Although they are at a greatly increased risk for ovarian cancer and cancer of the uterine lining, most women from families with an inherited mutation for Lynch syndrome or hereditary non-polyposis colon cancer  (HNPCC)  don't understand that risk or get screened for those cancers.

Researchers at the National Human Genome Research Institute and the National Cancer Institute interviewed women who had a family member with Lynch syndrome before and after their own genetic testing.  Because they had a first-degree relative who had already tested positive for one of the mutations that causes Lynch syndrome, the women were at 50 percent risk of having a mutated gene themselves.

Before counseling very few women (five percent) with an inherited risk for Lynch syndrome thought that they might have an increased risk for cancer outside the colon.  But nearly all (86 percent) understood that they had a risk for colon cancer greater than the average person.

While more than half had had a colonoscopy -- two-thirds of those who were over 25 had colonoscopy -- only a third had screening for endometrial cancer.

Lynch syndrome is a genetic mutation directly passed from parents to their children.  Mutation carriers have an increased risk to be diagnosed early with many cancers including colon, endometrial, small intestine, ovary, liver, pancreas, kidney, ureter, and brain. Four genes (MLH1, MSH2, MSH6, and PMS2), whose job it is to detect and repair damaged DNA, are linked to the syndrome. People with a mutation in one of these genes have a lifetime risk close to 90 percent for Lynch syndrome associated cancer.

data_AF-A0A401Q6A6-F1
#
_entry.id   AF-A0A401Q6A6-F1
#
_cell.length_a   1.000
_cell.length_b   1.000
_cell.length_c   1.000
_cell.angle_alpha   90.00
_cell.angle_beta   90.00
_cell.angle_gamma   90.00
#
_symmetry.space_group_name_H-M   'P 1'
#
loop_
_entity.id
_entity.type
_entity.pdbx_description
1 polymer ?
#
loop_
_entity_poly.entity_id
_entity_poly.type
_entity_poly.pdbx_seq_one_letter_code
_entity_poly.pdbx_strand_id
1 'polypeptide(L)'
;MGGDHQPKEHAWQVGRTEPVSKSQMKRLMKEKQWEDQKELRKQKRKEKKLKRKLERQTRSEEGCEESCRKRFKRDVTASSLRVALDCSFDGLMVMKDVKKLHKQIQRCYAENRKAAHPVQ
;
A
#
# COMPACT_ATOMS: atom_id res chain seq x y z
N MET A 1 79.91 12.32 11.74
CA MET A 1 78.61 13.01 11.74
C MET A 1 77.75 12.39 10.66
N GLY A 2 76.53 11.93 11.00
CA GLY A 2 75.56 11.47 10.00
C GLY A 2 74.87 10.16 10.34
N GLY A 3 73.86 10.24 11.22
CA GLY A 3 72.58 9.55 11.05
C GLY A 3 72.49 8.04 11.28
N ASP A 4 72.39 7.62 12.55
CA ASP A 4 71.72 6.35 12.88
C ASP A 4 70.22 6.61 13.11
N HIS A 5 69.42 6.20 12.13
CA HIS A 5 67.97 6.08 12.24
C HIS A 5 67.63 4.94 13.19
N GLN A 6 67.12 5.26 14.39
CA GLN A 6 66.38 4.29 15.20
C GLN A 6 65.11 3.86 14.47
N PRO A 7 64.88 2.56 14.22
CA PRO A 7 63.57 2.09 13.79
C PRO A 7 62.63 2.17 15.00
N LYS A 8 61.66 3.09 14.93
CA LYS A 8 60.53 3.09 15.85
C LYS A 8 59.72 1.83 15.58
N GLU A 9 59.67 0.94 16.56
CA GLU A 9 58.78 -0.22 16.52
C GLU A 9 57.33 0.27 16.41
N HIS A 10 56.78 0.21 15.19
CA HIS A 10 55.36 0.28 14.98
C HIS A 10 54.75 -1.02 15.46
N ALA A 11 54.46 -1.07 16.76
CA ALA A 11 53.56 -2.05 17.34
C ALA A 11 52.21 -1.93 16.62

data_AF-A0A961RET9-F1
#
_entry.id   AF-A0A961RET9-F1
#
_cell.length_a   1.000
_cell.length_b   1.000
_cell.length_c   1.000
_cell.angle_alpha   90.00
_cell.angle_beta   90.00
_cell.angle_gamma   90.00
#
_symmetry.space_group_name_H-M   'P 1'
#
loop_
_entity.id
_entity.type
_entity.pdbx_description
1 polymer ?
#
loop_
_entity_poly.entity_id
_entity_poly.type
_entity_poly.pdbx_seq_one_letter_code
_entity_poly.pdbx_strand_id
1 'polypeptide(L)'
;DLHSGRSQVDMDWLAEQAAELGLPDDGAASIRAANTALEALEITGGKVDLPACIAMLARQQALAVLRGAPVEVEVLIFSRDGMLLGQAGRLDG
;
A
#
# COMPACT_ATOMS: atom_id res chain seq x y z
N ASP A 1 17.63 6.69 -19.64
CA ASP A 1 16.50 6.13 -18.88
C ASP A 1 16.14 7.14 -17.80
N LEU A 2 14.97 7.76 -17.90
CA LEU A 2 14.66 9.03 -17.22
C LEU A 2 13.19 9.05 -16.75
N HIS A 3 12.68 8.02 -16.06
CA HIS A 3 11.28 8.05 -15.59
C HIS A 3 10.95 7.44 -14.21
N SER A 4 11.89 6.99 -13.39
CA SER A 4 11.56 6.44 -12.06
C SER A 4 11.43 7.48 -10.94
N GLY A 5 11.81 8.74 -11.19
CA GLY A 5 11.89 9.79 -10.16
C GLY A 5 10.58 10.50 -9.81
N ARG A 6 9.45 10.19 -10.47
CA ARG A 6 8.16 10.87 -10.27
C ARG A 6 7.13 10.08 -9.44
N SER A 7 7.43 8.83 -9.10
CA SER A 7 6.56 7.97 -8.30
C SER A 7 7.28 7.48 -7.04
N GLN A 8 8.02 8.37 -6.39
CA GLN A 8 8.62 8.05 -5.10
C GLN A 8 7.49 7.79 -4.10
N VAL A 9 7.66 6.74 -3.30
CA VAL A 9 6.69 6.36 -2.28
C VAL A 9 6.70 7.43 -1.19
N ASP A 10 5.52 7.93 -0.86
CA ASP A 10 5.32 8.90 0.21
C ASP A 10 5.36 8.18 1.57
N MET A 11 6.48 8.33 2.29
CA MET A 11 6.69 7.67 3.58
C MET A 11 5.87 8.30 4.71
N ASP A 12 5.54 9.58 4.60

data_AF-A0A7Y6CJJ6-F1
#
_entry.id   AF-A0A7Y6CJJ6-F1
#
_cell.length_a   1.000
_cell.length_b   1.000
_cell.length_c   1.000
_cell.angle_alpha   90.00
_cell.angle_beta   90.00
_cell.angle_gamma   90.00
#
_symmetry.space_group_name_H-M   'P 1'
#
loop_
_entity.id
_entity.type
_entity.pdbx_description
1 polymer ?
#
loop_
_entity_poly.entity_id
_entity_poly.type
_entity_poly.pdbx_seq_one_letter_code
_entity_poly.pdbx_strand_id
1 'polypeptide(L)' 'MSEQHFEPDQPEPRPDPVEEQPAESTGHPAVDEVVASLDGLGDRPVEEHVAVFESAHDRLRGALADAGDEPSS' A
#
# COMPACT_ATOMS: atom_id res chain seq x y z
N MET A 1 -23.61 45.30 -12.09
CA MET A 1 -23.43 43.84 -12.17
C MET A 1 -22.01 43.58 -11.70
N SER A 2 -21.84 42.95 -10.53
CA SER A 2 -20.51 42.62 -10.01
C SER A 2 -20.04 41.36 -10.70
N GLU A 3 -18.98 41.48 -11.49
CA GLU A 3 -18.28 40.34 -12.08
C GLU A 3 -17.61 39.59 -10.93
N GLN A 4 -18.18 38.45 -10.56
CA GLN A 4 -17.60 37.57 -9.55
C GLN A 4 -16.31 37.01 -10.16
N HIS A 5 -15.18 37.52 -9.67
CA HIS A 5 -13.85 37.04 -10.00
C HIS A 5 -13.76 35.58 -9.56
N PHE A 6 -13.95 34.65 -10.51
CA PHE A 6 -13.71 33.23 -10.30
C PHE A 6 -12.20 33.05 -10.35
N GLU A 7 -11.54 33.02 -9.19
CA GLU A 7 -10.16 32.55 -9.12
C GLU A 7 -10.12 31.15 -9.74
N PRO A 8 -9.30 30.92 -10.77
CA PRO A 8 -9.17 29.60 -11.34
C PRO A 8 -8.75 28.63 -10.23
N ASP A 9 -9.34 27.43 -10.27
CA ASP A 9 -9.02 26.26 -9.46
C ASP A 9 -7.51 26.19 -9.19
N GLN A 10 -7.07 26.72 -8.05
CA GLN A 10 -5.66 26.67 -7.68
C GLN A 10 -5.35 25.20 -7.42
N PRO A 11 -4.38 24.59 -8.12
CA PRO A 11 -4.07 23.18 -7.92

Dr. Henry Lynch first used the term hereditary nonpolyposis colon cancer to differentiate it from familial adenomatous polyposis (FAP), another inherited mutation causing many polyps and leading to colon cancer.  More recently, the term Lynch syndrome has been used to more accurately describe the disease which does arise from polyps and includes cancers outside of the colon.

Guidelines recommend that women who have a Lynch syndrome mutation or who are at high risk for one because of family history begin colonoscopies at age 20 to 25 and repeat them every 1 to 3 years.  In addition, they should begin screening for endometrial and ovarian cancers between age 25 and 35 and repeat them every year.  Those who test negative for the family mutation are at no higher risk than the general population and can begin colorectal cancer screening at 50.

Screening for endometrial cancer can be via transvaginal ultrasound or uterine biopsy or both.

Writing in the Journal of Clinical Oncology, Donald Hadley and his colleagues said,

Women in families with Lynch syndrome are less aware of their risks for extracolonic cancers and undergo endometrial cancer screening significantly less often than colonoscopy before genetic counseling. Given the significantly increased risks for endometrial and ovarian cancers and the mortality associated with ovarian cancer, additional efforts to inform families of cancer risks and screening recommendations seem prudent. Physicians play a critical role in ensuring appropriate cancer screening in women with Lynch syndrome.

SOURCE: Hadley et al. Journal of Clinical Oncology, Volume 26, Number 6, February 20, 2008.